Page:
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Olympic Smokeout


We visited Olympic National Park last week (on August 9), and were literally smoked out (photo above) due to record wildfires in British Columbia, Canada.

According to the National Park Service, like Glacier National Park, Olympic NP is severely impacted by climate change:


Those impacts did not mention the smoke issue.

Here is US NOAA article on the BC wildfires that discussed the implications of climate change and wildfire (and the research article NOAA cites does not explicitly discuss all the fuel built up in the forest due to tree mortality caused by pine bark beetle (“flammable biomass”) – which is another impact of climate change):

The future of wildfires in Canada

Canada is the second most forested country on the planet, and thus, it contains a staggering number of trees.  Recent research in the journal Environmental Research Letters and detailed in an article by the Globe and Mail highlights just how difficult fighting wildfires could become thanks to human-caused climate change.

One of the authors of the research, Dr. Mike Flannigan, explains that since climate change will make Canada hotter and drier, the forests will become drier, too, providing more fuel for fires and increasing their intensity. Flannigan mentions that while it is hard to predict, a 10 percent increase in the intensity of a fire could cause a doubling or tripling of the overall area burned.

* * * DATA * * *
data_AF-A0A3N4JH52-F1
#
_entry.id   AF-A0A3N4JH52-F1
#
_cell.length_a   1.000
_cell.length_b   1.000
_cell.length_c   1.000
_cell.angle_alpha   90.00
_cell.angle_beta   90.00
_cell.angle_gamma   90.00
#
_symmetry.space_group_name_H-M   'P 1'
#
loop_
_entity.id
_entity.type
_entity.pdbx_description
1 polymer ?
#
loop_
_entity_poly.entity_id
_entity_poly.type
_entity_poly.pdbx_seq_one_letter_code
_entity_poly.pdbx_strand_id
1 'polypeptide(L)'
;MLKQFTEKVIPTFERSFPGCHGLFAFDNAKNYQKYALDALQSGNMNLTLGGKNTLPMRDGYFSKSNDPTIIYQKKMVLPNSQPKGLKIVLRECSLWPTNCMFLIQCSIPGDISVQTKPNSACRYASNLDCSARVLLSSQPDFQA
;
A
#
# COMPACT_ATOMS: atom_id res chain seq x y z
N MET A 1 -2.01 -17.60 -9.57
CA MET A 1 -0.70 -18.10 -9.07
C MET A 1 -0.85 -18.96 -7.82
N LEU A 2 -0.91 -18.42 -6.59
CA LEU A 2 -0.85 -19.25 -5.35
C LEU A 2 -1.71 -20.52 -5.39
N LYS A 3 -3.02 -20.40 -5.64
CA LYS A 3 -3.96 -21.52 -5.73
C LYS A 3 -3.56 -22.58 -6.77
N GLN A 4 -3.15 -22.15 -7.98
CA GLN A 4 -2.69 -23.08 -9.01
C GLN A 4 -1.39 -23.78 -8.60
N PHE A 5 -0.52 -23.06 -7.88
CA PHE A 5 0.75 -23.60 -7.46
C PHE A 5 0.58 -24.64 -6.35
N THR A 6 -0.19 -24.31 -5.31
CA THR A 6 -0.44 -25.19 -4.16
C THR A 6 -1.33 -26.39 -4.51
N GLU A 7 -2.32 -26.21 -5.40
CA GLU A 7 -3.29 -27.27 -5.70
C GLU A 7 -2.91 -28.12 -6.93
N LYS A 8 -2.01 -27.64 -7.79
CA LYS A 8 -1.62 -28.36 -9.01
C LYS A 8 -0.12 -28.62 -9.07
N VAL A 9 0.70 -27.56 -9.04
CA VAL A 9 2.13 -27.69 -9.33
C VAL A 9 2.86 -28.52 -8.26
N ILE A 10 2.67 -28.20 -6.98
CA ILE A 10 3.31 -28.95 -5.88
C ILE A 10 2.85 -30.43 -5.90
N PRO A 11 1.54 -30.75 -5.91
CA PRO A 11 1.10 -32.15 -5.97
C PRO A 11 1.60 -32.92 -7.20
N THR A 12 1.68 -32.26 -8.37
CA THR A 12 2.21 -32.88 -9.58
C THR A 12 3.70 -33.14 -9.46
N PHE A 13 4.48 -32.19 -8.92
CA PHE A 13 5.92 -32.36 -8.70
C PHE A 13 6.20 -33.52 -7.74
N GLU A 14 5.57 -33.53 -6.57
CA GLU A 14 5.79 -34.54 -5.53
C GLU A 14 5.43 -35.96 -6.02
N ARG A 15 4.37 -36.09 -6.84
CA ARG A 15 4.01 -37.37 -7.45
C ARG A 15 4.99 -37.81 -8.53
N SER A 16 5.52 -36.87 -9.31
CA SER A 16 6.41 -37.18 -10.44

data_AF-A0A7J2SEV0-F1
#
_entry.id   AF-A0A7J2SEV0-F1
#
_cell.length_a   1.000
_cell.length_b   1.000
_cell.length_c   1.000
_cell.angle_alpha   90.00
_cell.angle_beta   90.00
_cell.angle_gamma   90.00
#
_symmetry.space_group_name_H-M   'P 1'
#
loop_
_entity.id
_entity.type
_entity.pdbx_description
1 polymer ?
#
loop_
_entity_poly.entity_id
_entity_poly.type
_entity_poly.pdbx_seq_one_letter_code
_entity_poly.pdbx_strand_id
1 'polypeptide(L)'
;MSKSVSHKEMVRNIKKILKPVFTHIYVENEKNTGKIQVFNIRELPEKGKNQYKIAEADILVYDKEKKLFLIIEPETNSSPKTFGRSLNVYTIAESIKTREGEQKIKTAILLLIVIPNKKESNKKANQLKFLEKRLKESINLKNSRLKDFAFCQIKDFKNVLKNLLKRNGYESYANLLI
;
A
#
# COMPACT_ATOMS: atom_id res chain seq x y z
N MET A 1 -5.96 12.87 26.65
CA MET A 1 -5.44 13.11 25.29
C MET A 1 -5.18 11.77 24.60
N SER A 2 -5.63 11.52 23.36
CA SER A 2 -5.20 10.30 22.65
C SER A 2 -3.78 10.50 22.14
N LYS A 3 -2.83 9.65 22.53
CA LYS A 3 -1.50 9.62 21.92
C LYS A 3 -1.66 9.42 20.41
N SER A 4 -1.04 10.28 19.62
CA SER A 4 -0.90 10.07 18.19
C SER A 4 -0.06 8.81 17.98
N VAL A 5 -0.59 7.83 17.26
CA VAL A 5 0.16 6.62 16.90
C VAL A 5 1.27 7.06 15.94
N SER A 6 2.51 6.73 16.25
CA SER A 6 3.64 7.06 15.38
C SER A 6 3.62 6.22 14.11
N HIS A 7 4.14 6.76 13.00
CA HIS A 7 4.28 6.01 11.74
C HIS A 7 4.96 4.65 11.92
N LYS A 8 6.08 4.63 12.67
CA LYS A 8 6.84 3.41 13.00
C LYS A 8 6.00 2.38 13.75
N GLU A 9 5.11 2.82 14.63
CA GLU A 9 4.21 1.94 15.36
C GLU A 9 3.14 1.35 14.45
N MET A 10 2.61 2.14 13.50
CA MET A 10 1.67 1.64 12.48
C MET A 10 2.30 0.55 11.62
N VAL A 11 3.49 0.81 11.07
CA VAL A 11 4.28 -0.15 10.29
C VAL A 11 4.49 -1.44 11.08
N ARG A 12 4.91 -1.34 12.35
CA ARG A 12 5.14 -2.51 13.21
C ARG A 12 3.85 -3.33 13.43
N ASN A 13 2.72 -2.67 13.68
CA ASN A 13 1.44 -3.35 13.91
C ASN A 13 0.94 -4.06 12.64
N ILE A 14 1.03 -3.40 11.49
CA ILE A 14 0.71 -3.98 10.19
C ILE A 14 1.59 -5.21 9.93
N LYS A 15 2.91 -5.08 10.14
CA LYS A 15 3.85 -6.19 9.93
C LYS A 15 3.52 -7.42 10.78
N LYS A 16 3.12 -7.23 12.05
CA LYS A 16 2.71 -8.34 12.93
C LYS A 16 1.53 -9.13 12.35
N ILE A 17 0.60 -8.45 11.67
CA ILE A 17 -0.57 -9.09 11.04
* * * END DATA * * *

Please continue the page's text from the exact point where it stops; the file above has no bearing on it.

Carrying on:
The research suggests that under a business-as-usual greenhouse gas scenario over the next century, the number of days where conditions are favorable for wildfires to will increase by more than 50% in western Canada, increasing both the fire danger and the cost of fire suppression.  Wildfires already pose a significant risk for parts of Western Canada and human-caused climate change could make things even worse. (emphasis mine)

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